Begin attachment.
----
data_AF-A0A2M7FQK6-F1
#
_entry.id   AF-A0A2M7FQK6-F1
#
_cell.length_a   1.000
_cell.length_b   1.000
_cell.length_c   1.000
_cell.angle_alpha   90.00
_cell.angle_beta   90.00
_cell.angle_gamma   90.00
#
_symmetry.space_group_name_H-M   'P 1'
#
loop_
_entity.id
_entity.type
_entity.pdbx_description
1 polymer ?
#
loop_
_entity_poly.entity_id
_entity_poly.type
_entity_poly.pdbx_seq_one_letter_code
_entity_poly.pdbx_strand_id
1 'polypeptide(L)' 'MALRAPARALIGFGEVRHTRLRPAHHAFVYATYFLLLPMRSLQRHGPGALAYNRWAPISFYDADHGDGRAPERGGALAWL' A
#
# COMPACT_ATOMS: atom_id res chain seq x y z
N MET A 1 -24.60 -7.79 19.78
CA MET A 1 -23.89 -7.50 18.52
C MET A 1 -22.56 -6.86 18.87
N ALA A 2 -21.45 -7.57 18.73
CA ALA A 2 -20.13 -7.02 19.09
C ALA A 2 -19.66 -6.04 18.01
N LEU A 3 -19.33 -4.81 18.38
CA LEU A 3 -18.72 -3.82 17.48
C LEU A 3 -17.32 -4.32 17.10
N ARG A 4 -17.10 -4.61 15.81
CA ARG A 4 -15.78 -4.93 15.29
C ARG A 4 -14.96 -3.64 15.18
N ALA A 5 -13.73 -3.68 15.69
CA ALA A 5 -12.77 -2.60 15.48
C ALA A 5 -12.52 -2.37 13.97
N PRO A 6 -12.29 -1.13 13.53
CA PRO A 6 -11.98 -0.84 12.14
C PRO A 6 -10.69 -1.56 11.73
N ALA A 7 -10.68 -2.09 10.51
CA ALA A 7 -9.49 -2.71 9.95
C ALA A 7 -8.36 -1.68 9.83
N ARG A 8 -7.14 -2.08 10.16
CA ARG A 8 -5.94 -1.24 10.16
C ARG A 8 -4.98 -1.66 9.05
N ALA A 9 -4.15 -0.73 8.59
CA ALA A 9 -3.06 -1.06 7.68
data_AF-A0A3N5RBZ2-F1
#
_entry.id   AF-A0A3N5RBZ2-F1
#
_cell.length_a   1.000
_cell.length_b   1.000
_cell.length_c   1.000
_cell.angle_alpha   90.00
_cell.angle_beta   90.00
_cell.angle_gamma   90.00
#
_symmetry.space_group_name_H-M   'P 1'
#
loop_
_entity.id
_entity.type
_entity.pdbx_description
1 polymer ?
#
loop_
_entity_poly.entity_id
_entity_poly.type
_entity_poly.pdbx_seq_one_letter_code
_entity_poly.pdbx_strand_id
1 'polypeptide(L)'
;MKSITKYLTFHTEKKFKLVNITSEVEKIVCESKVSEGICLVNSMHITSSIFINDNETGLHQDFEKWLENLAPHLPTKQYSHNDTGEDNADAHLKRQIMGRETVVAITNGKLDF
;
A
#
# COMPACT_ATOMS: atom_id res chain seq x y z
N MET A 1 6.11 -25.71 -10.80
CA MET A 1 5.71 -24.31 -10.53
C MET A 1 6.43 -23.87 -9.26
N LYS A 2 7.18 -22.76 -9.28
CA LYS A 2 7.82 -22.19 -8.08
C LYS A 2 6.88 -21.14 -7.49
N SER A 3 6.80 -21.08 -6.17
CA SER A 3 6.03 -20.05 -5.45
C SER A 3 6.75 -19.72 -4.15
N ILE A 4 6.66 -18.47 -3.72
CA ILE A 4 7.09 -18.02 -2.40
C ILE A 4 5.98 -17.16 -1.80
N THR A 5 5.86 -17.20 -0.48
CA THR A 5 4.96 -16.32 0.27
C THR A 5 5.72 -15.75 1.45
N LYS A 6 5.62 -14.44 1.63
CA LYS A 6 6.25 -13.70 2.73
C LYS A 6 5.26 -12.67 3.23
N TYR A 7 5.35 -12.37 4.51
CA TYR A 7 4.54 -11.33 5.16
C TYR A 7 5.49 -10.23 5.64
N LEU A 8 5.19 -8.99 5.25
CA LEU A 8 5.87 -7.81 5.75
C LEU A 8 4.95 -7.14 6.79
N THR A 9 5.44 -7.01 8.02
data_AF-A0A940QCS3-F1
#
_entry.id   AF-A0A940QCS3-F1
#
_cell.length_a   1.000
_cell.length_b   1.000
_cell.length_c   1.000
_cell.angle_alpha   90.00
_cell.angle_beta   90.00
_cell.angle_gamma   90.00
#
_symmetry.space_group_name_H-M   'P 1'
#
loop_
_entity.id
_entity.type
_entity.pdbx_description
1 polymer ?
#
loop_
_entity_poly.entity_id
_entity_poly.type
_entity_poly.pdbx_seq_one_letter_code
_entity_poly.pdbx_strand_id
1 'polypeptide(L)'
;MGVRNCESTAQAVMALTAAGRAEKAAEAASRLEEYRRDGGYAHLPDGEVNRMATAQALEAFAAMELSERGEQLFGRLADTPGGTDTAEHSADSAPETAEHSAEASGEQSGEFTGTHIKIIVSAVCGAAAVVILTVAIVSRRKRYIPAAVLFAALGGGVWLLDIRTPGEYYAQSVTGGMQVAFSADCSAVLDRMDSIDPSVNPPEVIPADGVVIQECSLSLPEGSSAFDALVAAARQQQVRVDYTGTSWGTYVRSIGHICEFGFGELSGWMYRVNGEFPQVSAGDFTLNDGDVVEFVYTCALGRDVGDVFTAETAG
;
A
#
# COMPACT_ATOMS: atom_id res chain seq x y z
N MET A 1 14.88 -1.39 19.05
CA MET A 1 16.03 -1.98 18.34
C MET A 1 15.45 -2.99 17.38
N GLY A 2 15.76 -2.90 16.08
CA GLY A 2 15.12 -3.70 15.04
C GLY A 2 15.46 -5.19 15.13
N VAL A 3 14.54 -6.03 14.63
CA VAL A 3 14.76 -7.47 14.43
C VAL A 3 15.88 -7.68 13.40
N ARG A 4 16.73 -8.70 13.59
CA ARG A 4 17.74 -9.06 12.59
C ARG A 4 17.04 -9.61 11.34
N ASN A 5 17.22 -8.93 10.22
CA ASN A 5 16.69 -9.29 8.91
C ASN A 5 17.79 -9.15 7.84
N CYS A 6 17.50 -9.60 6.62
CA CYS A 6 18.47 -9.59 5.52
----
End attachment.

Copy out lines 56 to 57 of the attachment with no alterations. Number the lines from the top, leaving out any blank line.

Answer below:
_entry.id   AF-A0A3N5RBZ2-F1
#